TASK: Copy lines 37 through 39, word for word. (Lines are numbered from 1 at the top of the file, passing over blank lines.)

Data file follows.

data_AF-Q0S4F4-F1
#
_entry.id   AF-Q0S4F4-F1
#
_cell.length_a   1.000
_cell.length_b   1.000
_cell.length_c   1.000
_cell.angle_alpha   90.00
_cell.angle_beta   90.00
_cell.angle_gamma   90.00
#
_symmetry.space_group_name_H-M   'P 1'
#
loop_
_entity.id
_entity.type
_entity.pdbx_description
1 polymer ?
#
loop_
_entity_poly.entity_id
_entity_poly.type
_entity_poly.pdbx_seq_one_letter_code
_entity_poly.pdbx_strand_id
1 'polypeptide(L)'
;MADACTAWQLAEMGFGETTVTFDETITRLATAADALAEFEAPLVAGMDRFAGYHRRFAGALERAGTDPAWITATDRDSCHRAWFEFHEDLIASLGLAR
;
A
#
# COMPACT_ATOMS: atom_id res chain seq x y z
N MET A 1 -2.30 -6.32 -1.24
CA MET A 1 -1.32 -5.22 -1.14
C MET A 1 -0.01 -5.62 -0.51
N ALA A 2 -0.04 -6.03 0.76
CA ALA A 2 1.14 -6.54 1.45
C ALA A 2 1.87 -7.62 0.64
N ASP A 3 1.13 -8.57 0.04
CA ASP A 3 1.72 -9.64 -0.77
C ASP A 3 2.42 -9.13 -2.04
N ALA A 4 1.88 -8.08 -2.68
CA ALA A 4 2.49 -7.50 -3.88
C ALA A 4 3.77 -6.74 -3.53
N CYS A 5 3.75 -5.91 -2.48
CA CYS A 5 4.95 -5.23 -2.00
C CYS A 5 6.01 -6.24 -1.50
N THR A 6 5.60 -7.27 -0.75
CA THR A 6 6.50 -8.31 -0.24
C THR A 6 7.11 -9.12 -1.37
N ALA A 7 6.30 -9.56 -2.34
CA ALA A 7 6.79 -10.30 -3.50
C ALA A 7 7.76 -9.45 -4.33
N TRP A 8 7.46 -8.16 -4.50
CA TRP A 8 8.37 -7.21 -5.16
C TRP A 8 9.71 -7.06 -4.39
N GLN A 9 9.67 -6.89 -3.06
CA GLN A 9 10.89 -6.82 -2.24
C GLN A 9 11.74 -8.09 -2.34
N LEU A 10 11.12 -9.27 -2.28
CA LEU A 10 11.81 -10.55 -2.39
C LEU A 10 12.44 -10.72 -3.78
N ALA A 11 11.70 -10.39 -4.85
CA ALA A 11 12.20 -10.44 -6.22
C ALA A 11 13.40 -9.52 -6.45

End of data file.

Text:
N ASP A 3 1.13 -8.57 0.04
CA ASP A 3 1.72 -9.64 -0.77
C ASP A 3 2.42 -9.13 -2.04